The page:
To address the rise of violent crime in our country, I have announced that there will be 20,000 extra police keeping us safe over the next three years, and I have asked my right honourable friend the Home Secretary to ensure that this is treated as an absolute priority. We will give greater powers—powers resisted, by the way, by the party opposite—for the police to use stop and search to help tackle violent crime. I have also tasked officials to draw up proposals to ensure that in future those found guilty of the most serious sexual and violent offences are required to serve a custodial sentence that truly reflects the severity of their offence and policy measures that will see a reduction in the number of prolific offenders.

On education, I have listened to the concerns of many of my colleagues around the House and we will increase the minimum level of per pupil funding in primary and secondary schools and return education funding to previous levels by the end of this Parliament.

We are committed to levelling up across every nation and region of the UK, providing support to towns and cities and closing the opportunity gap in our society. We will announce investment in vital infrastructure, full fibre rollout, transport and housing that can improve the quality of people’s lives, fuel economic growth and provide opportunity.

Finally, we will also ensure that we will continue to attract the best and brightest talent from around the world. No one believes more strongly than I do in the benefits of migration to our country, but I am clear that our immigration system needs to change. For years, politicians have promised the public an Australian-style points-based system, and today I will actually deliver on those promises: I will ask the Migration Advisory Committee to conduct a review of that system as the first step in a radical rewriting of our immigration system. I am convinced that we can produce a system that the British public can have confidence in.

Over these past few years, too many people in this country feel they have been told repeatedly and relentlessly what we cannot do. Since I was a child, I remember respectable authorities asserting that our time as a nation has passed, that we should be content with mediocrity and managed decline, and time and again, by their powers to innovate and adapt, the British people have proved the doubters wrong. I believe that, at this pivotal moment in our national story, we are going to prove the doubters wrong again—not just with positive thinking and a can-do attitude, important though they are, but with the help and the encouragement of a Government and a Cabinet who are bursting with ideas, ready to create change, determined to implement the policies we need to succeed as a nation: the greatest place to live; the greatest place to bring up a family; the greatest place to send your kids to school; the greatest place to set up a business or to invest; the best transport, the cleanest environment; the best healthcare and the most compassionate approach to the care of elderly people.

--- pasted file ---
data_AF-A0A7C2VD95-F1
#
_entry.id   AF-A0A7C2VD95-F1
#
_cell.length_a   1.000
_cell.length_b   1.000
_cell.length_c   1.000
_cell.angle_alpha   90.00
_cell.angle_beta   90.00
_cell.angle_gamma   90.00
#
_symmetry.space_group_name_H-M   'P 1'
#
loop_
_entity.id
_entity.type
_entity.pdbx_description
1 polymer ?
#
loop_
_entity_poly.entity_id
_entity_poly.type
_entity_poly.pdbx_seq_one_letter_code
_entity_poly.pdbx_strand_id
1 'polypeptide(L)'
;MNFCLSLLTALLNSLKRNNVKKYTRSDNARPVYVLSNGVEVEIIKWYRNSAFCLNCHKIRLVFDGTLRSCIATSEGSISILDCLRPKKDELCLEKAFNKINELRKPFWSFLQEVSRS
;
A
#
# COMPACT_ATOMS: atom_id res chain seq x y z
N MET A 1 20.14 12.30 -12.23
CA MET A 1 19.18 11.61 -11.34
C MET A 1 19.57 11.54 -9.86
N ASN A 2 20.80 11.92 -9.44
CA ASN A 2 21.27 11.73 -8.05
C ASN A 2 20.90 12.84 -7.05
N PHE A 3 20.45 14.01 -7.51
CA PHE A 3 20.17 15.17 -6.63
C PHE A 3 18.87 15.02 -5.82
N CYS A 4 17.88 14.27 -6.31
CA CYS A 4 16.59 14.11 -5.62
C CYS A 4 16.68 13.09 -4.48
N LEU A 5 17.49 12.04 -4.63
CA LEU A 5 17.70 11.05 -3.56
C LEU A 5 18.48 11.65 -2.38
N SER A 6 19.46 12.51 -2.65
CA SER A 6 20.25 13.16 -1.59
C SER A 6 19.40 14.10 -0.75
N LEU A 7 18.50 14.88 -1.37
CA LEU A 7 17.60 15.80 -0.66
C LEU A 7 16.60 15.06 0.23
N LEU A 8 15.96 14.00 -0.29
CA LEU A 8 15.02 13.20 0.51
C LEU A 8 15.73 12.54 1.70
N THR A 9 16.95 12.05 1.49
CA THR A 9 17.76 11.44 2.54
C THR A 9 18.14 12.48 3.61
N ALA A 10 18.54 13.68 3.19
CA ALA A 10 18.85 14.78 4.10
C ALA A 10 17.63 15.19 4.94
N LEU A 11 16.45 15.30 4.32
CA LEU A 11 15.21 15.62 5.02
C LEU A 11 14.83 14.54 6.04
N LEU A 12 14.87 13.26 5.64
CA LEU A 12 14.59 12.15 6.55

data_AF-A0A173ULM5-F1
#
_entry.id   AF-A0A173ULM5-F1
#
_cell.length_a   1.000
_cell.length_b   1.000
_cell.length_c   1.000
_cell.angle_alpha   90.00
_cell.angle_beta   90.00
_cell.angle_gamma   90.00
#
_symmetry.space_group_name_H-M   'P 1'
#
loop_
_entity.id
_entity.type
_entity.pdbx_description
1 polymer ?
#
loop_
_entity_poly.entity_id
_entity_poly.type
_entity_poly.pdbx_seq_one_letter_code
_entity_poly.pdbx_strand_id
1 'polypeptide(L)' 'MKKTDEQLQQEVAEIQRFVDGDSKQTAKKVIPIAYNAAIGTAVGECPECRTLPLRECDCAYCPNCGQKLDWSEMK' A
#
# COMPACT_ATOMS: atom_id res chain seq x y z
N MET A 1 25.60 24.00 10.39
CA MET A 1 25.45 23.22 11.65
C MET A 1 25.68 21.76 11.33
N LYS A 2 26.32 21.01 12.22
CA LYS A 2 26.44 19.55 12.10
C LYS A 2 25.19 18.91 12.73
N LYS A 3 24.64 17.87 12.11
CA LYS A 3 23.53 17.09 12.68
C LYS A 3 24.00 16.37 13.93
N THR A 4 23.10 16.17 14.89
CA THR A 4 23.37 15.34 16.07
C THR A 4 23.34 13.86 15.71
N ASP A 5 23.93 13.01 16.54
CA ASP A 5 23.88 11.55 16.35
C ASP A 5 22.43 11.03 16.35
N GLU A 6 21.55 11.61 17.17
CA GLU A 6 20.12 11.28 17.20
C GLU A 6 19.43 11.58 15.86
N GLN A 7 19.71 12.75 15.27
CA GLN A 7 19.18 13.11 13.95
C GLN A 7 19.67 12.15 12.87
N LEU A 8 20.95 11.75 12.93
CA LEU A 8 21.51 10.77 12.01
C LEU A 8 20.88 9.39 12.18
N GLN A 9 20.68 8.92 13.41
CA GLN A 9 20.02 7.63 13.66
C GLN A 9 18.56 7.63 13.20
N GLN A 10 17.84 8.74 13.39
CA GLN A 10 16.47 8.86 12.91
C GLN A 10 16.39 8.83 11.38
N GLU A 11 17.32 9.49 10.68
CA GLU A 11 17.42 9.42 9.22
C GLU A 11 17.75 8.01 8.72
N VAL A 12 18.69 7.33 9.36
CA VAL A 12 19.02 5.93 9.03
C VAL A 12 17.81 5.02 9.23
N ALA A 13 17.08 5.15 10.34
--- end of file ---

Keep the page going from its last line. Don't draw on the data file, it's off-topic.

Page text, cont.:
That is the mission of the Cabinet I have appointed, and that is the purpose of the Government I am leading. And that is why I believe that if we bend our sinews to the task now, there is every chance that in 2050, when I fully intend to be around, although not necessarily in this job, we will have achieved this and we will be able to look back on this period as the beginning of a new golden age for our United Kingdom. I commend this future to the House just as much as I commend this Statement”.

My Lords, that concludes the Statement.

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My Lords, I am grateful to the noble Baroness for repeating today’s Statement. I concur with her words about the Chief Whip. It feels as if he is having a daily testimonial at the moment, to which he is fully entitled, and he should enjoy it. I regard him as a genuine friend in the House. I have been his shadow in different jobs since I joined your Lordships’ House in 2010. I look forward to his contributions from the Back Benches and will still regard him as a friend in this House.

Dave Evans is also retiring today. His 24 years’ service to this House is a great achievement and shows true public service. I gather there are drinks on the Terrace for those who want to buy him a drink later today. The noble Baroness spoke about Theresa May as Prime Minister. She has had a tough time as Prime Minister, and I suspect she will show more loyalty from the Back Benches to her successor than she received. I am pleased to see the noble Baroness is still in her role, although I have more trepidation about some of her colleagues in the Cabinet. As I heard the announcements being made last night and today, it brought to mind one of my favourite TV programmes, “Yes, Prime Minister” because I could hear Sir Humphrey saying, “That’s very courageous, Prime Minister”. This is the noble Baroness’s first experience of repeating a Statement in the style of her new boss. She might have to work on the hand gestures.